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Rosie the Riveter - the Home Front during World War II (Miriam Shipley)

Miriam Shipley, Pensacola Naval Air Station, Florida Click on the MEDIA ITEMS below for more information


I'm Miriam Shipley. I worked at the Celanese and then my husband got, he was already in the Navy and he got in hospital and he wanted me to come down there, that's how I happened to go to Florida. We stayed down there until the war ended.

What kind of work did you do in Pensacola?
I worked at the Naval Air Station. First we had to work a month to learn the tools so we would know what to do if someone wanted a certain tool. After that month I was promoted to the aircraft instruments and we worked on repairing Rate of Climbs and altimeters. They are very important things in an aircraft, you know.
I was a civilian but I worked right along with the WAVEs and the sailors in the shop, in the same shop with them.

What kind of training did you have?
Not any particular training. I don't think I accomplished very much. But I did manage to get a couple of altimeters that worked. We were supposed to learn instruments, all about the tools, so we'd know if someone needed a certain tool we'd give it to them. And we done a lot of filing on metal.

What are you wearing in the photo?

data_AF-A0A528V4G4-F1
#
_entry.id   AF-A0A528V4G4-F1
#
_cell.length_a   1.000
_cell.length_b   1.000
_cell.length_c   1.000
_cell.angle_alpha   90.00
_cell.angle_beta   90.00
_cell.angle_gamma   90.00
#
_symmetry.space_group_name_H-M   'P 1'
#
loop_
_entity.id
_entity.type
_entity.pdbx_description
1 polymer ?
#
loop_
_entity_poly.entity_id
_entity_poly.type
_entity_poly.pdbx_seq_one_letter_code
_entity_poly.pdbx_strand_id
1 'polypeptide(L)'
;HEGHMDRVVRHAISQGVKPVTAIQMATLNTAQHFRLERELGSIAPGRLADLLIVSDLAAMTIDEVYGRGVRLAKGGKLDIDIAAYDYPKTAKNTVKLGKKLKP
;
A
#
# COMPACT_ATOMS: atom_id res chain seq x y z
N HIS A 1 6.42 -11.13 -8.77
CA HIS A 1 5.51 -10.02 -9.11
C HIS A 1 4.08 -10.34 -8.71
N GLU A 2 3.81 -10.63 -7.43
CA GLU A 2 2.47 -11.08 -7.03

It's just an ordinary scarf we had to keep over our head. That was the rule, we had to keep our head tied up.

Were there any men in the shop?
Not many men, mostly women. And after we got working with the machines we worked along with the sailors and the WAVES who were in the Navy.

And your husband?
That's my husband there. These were late goers; they were late going into the war. But Raymond, my husband, he was a rover, he was able to go anywhere on base.

We had an apartment in town. He could live off the base.

Your brother was a prisoner of war?
My brother, yes, was. He and another man tried to escape, and luckily the old farmer took them back to the base.

What do you remember of the end of the war?
We were down there when the bomb was dropped on Hiroshima. There was a big celebration downtown. I kept a newspaper about it, somewhere in my attic. I think we went home shortly after that.





Miriam Shipley; Naval Air Station Pensacola (Fla.)--History; Celanese Corporation of America.

Western Maryland, 2004

Western Maryland Regional Library
100 South Potomac Street
Hagerstown, Maryland 21740

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